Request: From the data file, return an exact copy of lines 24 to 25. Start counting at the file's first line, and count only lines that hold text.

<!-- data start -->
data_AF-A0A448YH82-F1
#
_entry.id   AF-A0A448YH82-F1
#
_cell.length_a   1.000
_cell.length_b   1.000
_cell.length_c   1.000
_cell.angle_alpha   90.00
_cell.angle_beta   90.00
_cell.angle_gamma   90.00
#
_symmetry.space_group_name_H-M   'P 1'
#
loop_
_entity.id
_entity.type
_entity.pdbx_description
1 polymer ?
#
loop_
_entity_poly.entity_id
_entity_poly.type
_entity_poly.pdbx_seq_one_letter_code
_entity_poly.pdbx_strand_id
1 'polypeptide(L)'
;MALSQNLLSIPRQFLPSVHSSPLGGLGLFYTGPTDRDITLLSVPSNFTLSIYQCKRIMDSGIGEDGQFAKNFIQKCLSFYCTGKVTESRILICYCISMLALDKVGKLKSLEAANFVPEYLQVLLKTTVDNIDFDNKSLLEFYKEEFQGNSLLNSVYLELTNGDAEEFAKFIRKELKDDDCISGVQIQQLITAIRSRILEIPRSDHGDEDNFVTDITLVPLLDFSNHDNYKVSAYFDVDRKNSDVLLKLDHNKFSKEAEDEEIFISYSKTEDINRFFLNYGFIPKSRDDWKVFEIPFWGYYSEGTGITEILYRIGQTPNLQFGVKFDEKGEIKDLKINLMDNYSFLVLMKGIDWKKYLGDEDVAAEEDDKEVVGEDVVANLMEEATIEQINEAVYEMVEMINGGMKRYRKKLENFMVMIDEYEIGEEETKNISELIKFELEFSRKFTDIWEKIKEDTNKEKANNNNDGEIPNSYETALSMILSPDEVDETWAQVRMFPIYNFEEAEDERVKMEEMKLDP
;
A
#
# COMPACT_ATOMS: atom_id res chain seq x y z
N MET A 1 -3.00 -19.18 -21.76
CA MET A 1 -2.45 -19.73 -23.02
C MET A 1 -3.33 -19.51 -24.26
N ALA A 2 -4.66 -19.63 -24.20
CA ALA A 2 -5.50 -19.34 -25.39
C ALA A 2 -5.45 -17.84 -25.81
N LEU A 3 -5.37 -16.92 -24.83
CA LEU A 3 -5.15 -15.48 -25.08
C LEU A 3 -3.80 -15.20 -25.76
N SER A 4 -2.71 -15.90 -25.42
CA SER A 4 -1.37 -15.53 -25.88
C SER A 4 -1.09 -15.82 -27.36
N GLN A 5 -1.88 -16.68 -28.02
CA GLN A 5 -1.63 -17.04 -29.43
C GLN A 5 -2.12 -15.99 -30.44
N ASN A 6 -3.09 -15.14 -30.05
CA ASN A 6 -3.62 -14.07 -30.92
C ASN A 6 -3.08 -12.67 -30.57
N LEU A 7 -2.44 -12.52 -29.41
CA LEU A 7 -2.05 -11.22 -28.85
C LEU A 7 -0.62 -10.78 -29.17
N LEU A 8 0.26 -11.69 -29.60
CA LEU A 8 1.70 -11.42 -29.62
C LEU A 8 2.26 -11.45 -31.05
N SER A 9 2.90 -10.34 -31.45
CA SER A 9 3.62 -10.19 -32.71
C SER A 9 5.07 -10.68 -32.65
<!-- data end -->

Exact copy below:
_entity_poly.pdbx_strand_id
1 'polypeptide(L)'